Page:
Adults from different cultures and countries are constantly changing their voices when speaking and singing with young children.
This is what a study published in the scientific journal reveals The nature of human behavior this week. According to the authors of the research, which promises to be one of the most comprehensive in the area, the way we talk to children, trying to imitate them or tune in a little more, is common in at least 12 language families around. world, such as those that integrate Spanish, English, Polish, Mandarin, etc. (Brazilian Portuguese was not considered in the study).
To reach this conclusion, the group of 40 scientists involved in the research conducted listening tests with more than 51,000 people from 187 countries who spoke the most diverse languages.
In these assessments, participants listened to more than 1600 dialogue recordings Aimed at children and adults, produced by a group of more than 400 people Representing cultures from all continents on the planet.
Because these recordings had different vocal characteristics (those aimed at children had purer tones, songs were softer, and adults’ speech was sharper), the scientists were able to note that listeners were able to accurately guess when these sounds were different. Nature.Actually aimed at children.
“These results show that the acoustic features of children’s oriented speech and music are strongly stereotyped in the 21 populations studied here,” the authors said in the study.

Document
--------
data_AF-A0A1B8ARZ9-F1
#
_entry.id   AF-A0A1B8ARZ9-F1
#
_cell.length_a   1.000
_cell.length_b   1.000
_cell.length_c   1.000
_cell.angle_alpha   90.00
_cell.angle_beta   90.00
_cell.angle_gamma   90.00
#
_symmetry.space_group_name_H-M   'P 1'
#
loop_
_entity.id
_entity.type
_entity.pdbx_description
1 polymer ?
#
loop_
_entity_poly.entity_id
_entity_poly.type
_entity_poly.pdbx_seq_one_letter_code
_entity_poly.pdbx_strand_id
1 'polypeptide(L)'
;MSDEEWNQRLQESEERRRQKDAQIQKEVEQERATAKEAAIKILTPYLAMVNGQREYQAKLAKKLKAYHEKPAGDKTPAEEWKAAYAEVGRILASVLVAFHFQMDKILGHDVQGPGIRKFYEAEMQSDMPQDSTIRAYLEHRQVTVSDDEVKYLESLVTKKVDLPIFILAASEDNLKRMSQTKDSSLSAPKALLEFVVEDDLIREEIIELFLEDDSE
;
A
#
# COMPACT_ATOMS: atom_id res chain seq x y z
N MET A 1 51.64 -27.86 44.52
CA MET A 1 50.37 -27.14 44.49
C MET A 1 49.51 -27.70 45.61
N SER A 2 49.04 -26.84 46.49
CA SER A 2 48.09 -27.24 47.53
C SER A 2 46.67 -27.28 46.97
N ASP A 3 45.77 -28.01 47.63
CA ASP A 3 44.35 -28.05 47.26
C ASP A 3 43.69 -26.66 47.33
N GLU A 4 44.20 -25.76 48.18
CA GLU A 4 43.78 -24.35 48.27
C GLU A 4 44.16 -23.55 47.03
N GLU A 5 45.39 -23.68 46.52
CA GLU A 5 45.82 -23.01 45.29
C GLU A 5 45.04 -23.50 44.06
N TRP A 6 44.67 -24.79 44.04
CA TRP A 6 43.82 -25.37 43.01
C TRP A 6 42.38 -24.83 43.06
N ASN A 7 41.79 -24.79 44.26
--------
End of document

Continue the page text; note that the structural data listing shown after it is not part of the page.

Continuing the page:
In the research, the authors also argue that this finding suggests that humans change pronunciation when they speak to children in a consistent and widely recognizable manner, but they also provide an important caveat: the study covers only 12 language families and it was. It was conducted on an English-language site, and the analysis cannot be considered conclusive.
They highlighted that “the participants studied do not constitute a representative sample of humans, and the studied communities or languages do not constitute a representative sample of human communities or languages.”
To assess the validity of this universality of sounds directed at children “across a wide range of human societies” the researchers cautioned that further studies are necessary, particularly research focusing on societies “which have previously been reported to have unusual articulation practices.”
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